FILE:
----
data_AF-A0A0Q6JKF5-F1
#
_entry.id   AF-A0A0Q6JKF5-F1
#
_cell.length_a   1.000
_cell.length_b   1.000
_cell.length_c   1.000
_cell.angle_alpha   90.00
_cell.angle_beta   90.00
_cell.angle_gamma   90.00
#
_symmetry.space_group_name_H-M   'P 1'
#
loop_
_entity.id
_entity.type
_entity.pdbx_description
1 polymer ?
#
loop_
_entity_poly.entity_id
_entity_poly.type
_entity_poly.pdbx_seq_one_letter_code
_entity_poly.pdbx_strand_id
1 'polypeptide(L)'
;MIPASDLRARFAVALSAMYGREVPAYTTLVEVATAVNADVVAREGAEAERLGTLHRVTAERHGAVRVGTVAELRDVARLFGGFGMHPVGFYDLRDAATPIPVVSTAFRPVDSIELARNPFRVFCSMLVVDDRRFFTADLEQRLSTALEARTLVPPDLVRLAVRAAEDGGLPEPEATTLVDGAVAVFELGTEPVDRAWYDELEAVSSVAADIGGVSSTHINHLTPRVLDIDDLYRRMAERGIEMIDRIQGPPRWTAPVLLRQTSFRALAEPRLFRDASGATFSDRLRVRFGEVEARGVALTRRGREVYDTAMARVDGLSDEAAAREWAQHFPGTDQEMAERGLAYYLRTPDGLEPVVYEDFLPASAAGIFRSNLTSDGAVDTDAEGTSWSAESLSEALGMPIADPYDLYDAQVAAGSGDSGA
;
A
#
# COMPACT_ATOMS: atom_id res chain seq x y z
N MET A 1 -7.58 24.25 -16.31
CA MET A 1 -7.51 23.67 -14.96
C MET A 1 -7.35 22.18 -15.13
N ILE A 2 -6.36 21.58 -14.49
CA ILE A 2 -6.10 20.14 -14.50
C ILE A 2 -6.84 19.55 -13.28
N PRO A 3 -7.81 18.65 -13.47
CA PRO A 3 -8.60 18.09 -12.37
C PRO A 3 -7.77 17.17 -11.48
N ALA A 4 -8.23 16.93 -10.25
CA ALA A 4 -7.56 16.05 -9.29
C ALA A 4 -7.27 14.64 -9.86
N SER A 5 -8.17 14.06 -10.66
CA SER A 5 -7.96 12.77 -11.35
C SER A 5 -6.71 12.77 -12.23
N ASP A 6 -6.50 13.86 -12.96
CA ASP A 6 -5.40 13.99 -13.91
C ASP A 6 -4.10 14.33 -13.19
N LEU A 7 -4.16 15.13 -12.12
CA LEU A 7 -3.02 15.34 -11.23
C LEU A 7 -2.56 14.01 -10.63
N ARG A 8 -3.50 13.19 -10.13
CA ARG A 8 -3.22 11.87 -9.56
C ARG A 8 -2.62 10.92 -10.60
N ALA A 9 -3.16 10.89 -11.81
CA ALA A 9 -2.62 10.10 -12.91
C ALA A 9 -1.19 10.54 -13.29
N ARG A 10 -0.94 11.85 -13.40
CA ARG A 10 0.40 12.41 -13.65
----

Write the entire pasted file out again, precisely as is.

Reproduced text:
data_AF-A0A0Q6JKF5-F1
#
_entry.id   AF-A0A0Q6JKF5-F1
#
_cell.length_a   1.000
_cell.length_b   1.000
_cell.length_c   1.000
_cell.angle_alpha   90.00
_cell.angle_beta   90.00
_cell.angle_gamma   90.00
#
_symmetry.space_group_name_H-M   'P 1'
#
loop_
_entity.id
_entity.type
_entity.pdbx_description
1 polymer ?
#
loop_
_entity_poly.entity_id
_entity_poly.type
_entity_poly.pdbx_seq_one_letter_code
_entity_poly.pdbx_strand_id
1 'polypeptide(L)'
;MIPASDLRARFAVALSAMYGREVPAYTTLVEVATAVNADVVAREGAEAERLGTLHRVTAERHGAVRVGTVAELRDVARLFGGFGMHPVGFYDLRDAATPIPVVSTAFRPVDSIELARNPFRVFCSMLVVDDRRFFTADLEQRLSTALEARTLVPPDLVRLAVRAAEDGGLPEPEATTLVDGAVAVFELGTEPVDRAWYDELEAVSSVAADIGGVSSTHINHLTPRVLDIDDLYRRMAERGIEMIDRIQGPPRWTAPVLLRQTSFRALAEPRLFRDASGATFSDRLRVRFGEVEARGVALTRRGREVYDTAMARVDGLSDEAAAREWAQHFPGTDQEMAERGLAYYLRTPDGLEPVVYEDFLPASAAGIFRSNLTSDGAVDTDAEGTSWSAESLSEALGMPIADPYDLYDAQVAAGSGDSGA
;
A
#
# COMPACT_ATOMS: atom_id res chain seq x y z
N MET A 1 -7.58 24.25 -16.31
CA MET A 1 -7.51 23.67 -14.96
C MET A 1 -7.35 22.18 -15.13
N ILE A 2 -6.36 21.58 -14.49
CA ILE A 2 -6.10 20.14 -14.50
C ILE A 2 -6.84 19.55 -13.28
N PRO A 3 -7.81 18.65 -13.47
CA PRO A 3 -8.60 18.09 -12.37
C PRO A 3 -7.77 17.17 -11.48
N ALA A 4 -8.23 16.93 -10.25
CA ALA A 4 -7.56 16.05 -9.29
C ALA A 4 -7.27 14.64 -9.86
N SER A 5 -8.17 14.06 -10.66
CA SER A 5 -7.96 12.77 -11.35
C SER A 5 -6.71 12.77 -12.23
N ASP A 6 -6.50 13.86 -12.96
CA ASP A 6 -5.40 13.99 -13.91
C ASP A 6 -4.10 14.33 -13.19
N LEU A 7 -4.16 15.13 -12.12
CA LEU A 7 -3.02 15.34 -11.23
C LEU A 7 -2.56 14.01 -10.63
N ARG A 8 -3.50 13.19 -10.13
CA ARG A 8 -3.22 11.87 -9.56
C ARG A 8 -2.62 10.92 -10.60
N ALA A 9 -3.16 10.89 -11.81
CA ALA A 9 -2.62 10.10 -12.91
C ALA A 9 -1.19 10.54 -13.29
N ARG A 10 -0.94 11.85 -13.40
CA ARG A 10 0.40 12.41 -13.65